The Court disagreed that the claim language was ambiguous. The Court noted that Source did not explain what terms were ambiguous or how the terms were ambiguous. The Court also determined that the patentee had not acted as his own lexicographer and there was no indication in the specification that the term “rod” meant “rod-plus-container.” Id. at 13. The Court then rejected Source’s assertion that the patent’s drawings supported Source’s construction because “patent drawings do not define the precise proportions of the elements depicted and may not be relied on to show particular sizes if the specification is completely silent on the issue.” Id. (quoting Hockerson-Halberstadt, Inc. v. Avia Grp. Int’l, Inc., 222 F.3d 951, 956 (Fed. Cir. 2000)). The Court also examined the prosecution history of the ’276 patent and determined that the claim language was amended to narrow the claim “by excluding any device in which the slot is not narrower than the diameter of the rod,” further contradicting Source’s claim construction. Id. at 14 n.3.
The Court next considered Source’s argument that its proposed construction avoids a nonsensical result. The Court reiterated that courts may not rewrite claims, even if construing them under their plain and ordinary meaning would lead to a nonsensical result. The Court noted that it would be improper to rely on the purpose of the invention and that the district court properly determined that “claim construction is a function of the words of the claim[,] not the ‘purpose’ of the invention.” Id. at 15 (citation omitted). The Court further explained that Source was required to perform an objective evaluation of the claim terms to satisfy its obligation to conduct a reasonable presuit evaluation. Because Source’s proposed definition ignored the canons of claim construction, Source did not meet this standard, and the Court held that the district court did not abuse its discretion in imposing Rule 11(b)(2) sanctions based on Source’s claim construction arguments.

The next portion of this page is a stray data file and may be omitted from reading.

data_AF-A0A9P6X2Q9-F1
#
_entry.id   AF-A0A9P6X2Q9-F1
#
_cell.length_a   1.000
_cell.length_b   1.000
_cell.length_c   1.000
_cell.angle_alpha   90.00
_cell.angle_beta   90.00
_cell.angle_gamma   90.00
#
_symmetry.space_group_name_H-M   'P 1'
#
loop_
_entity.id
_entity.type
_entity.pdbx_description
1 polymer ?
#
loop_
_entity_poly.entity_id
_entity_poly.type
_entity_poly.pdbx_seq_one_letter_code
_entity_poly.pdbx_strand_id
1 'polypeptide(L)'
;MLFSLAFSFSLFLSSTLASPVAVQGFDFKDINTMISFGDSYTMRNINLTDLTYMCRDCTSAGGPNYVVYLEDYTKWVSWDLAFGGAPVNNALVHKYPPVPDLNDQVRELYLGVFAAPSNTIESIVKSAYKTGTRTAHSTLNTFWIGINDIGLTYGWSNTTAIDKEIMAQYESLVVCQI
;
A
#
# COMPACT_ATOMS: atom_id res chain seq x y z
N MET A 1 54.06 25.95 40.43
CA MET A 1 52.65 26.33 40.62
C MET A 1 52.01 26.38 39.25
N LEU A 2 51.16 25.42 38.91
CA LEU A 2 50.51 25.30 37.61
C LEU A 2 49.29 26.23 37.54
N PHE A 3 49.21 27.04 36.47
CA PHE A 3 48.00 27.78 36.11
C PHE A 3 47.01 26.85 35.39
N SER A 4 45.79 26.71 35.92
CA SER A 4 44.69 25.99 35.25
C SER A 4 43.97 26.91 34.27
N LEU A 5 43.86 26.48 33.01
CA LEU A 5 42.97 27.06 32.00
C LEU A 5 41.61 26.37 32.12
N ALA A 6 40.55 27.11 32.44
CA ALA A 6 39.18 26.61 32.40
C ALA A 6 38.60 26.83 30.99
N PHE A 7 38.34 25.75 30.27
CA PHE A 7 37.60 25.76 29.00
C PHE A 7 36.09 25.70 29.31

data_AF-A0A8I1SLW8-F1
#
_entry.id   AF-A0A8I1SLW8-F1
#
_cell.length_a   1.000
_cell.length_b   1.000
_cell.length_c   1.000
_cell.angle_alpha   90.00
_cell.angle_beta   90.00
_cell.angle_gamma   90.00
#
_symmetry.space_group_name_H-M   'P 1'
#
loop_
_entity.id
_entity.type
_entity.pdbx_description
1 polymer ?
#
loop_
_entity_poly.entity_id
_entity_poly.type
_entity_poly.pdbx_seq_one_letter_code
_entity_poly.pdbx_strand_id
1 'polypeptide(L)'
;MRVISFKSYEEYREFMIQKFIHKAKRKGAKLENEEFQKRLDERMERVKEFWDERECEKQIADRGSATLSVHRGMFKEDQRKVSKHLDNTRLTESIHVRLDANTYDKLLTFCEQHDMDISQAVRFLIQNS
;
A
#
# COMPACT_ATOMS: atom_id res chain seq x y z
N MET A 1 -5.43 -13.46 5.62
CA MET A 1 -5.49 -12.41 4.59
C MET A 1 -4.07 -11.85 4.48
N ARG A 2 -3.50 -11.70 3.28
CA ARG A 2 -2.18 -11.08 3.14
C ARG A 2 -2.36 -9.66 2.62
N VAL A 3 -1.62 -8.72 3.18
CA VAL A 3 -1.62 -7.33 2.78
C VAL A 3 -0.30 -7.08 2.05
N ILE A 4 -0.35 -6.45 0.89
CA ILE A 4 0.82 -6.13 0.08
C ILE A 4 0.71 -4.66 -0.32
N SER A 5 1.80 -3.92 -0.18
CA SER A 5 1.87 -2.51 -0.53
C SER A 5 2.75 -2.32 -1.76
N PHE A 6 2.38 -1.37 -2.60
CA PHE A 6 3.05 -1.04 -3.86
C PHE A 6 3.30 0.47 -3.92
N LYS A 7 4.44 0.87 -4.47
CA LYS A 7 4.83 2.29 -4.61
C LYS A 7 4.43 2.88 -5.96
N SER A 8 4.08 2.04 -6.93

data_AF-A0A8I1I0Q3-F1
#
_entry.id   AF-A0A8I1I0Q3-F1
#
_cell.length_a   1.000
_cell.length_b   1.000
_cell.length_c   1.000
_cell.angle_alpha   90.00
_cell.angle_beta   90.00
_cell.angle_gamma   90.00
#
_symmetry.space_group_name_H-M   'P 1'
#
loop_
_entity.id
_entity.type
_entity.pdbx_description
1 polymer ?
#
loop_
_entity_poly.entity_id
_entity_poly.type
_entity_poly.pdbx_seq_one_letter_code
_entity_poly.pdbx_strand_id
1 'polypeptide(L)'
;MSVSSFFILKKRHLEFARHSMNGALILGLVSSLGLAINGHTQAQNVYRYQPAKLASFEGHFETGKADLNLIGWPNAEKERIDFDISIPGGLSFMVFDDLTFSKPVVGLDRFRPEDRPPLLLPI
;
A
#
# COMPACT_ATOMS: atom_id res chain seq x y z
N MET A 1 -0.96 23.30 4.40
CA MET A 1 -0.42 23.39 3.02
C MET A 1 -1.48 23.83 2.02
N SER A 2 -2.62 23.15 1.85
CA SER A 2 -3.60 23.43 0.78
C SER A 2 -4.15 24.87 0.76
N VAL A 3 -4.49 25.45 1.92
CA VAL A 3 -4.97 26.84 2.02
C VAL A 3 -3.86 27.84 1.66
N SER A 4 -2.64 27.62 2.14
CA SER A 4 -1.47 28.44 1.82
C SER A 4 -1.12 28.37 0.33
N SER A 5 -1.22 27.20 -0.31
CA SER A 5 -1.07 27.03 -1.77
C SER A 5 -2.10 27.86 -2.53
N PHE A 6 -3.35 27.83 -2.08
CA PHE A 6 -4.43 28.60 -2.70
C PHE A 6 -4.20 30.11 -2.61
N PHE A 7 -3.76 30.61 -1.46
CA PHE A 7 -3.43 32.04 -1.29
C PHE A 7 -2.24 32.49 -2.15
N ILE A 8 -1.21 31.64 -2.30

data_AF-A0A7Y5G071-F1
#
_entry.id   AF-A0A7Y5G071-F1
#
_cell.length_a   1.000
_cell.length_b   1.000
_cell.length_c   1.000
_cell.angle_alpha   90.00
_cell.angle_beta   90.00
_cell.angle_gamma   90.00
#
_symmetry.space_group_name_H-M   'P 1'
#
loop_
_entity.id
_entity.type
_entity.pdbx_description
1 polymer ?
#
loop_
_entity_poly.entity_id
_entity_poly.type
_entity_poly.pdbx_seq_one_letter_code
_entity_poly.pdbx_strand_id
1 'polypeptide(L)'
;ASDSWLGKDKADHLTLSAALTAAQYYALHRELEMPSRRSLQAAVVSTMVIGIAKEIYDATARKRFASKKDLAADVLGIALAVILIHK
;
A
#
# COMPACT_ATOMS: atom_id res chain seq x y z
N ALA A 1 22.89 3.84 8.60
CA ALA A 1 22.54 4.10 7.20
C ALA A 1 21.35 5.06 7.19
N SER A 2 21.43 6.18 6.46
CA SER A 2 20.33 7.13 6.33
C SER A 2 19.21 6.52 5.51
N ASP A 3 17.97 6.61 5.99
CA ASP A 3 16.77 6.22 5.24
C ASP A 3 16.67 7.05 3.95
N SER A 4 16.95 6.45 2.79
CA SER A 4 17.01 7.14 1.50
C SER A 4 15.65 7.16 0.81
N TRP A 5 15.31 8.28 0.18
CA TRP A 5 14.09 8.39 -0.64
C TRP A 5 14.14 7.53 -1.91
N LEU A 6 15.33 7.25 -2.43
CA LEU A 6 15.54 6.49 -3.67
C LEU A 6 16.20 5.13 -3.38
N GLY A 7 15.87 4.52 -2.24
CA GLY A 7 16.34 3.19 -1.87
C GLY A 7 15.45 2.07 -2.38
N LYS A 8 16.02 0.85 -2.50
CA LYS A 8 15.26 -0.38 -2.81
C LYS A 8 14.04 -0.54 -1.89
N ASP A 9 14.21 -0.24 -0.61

Next, the Court held that the district court did not abuse its discretion in finding that, even under Source’s proposed claim construction, Source had no reasonable basis for alleging that Hydrapak’s product literally infringed. The Court noted that Source’s opposition to the Rule 11 sanctions “lacked any analysis or product measurement and calculation” to support a finding that Source’s attorneys performed a sufficient analysis to support a reasonable belief of literal infringement, even under Source’s construction. Id. at 16. The Court found that Source “failed to offer any legitimate evidence supporting a reasonable belief that it had a meritorious direct infringement claim.” Id. The Court also rejected Source’s argument that the district court abused its discretion because it did not address the “catches” in Hydrapak’s product. The Court noted that the catches were “discrete elements” from the “plastic lips” and that “the catches do not go onto the portion of the container that is folded over the rod, as is required by Source’s proposed claim construction.” Id. at 17. The Court then held that the district court did not abuse its discretion in imposing sanctions under Rule 11.
Finally, the Court examined Source’s argument that Hydrapak’s Reversible Reservoir II infringed under the DOE. The Court concluded that Source failed to offer any legal or factual support for its conclusion, and that Source was “obligated to come forward with a showing of exactly why, prior to filing suit, they believed their claim” was reasonable. Id. at 18. Accordingly, the Court affirmed the district court’s finding of a Rule 11(b)(3) violation.
Summary authored by David C. Seastrunk, Summer Associate at Finnegan.